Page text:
In business, the concept of recruiting a big star to advertise products is nothing new. For decades, brands have been willing to hand over big money to well-respected celebrities in exchange for their public loyalty. However, social media has complicated this picture.
In recent years, we have seen the rise of the ‘influencer’: a high-profile figure paid by companies to use social media to advertise products.
An ‘influencer’ is not necessarily a celebrity
You can probably recall some of your favourite celebrities taking to their social media pages to enthuse about new products. They might even disclose that the post is an ad.
However, social media influencers of today aren’t necessarily just the familiar big stars of stage and screen from years past. Some influencers might have risen to fame simply through building up a large following on their social media accounts.
Influencer marketing: a very modern form of advertising
As more and more ads have fallen prey to ad-blocking software, marketers have reacted with understandable concern. However, with ad blockers remaining incapable of detecting influencer content – at least if shared in the traditional way – as ads, you can elude the software’s clutches.
Of course, a core tenet of advertising is to go where your target audience goes – and you can certainly do this by pursuing influencer marketing. With this strand of marketing, you can more easily reach customers who tend to be drawn to their smartphones more than the TV or radio.
Still, influencer marketing has opened up fresh risks
The celebrity world is no stranger to unexpected scandals; just think of golfer Tiger Woods’ extra-marital affairs or celebrity chef Paula Deen’s racist comments. As a result, brands that were previously closely tied to those stars have been forced to speedily distance themselves.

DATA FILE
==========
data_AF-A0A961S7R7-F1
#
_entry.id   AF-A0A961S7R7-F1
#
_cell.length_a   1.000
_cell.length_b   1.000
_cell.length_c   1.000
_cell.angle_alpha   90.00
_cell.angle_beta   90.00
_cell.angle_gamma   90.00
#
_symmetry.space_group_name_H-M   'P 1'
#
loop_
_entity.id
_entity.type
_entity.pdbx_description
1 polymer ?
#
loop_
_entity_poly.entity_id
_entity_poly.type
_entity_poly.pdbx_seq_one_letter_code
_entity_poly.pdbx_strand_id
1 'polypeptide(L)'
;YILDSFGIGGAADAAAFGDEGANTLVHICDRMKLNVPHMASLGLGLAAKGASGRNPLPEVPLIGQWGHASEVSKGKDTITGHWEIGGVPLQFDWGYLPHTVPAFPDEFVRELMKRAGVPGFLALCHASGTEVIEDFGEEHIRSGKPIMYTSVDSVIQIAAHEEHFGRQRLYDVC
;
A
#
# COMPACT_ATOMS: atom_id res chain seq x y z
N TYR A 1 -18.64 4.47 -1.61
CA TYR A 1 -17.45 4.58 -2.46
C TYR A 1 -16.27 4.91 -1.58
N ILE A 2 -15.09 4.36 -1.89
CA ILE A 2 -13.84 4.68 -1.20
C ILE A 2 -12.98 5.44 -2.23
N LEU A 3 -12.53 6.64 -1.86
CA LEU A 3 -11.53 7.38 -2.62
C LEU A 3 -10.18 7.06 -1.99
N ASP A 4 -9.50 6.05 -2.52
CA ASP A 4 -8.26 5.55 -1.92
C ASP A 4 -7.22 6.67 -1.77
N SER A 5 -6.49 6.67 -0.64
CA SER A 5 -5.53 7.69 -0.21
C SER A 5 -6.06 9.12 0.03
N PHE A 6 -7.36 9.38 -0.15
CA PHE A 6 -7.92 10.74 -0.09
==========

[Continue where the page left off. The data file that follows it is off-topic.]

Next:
This can easily occur in the social media influencers’ sphere, as these stars often act in ways not approved beforehand by agencies. This has led Marketing Land to declare a “Wild West” environment – but at least now, it looks like it has a sheriff…
A raft of new advertising laws for influencers
In October, the UK’s Advertising Standards Agency (ASA) launched new guidance for social influencers. This guidance is enshrined in an online Influencer’s Guide touching on subjects including what the ASA deems to be an ad and how influencers can make it clear when they are advertising.
The ASA has already taken action – including implementing bans – on influencers falling short of crucial rules. Louise Thompson and Millie Macintosh, for example, have recently incurred the ASA’s wrath. However, as the Fyre Festival scandal recalled by Cosmopolitan has shown, it is also crucial for brands to avoid causing embarrassment to influencers; you must deliver what they advertise on your behalf.
Call us on 0161 237 9680 to let us guide you further through influencer marketing’s tricky waters.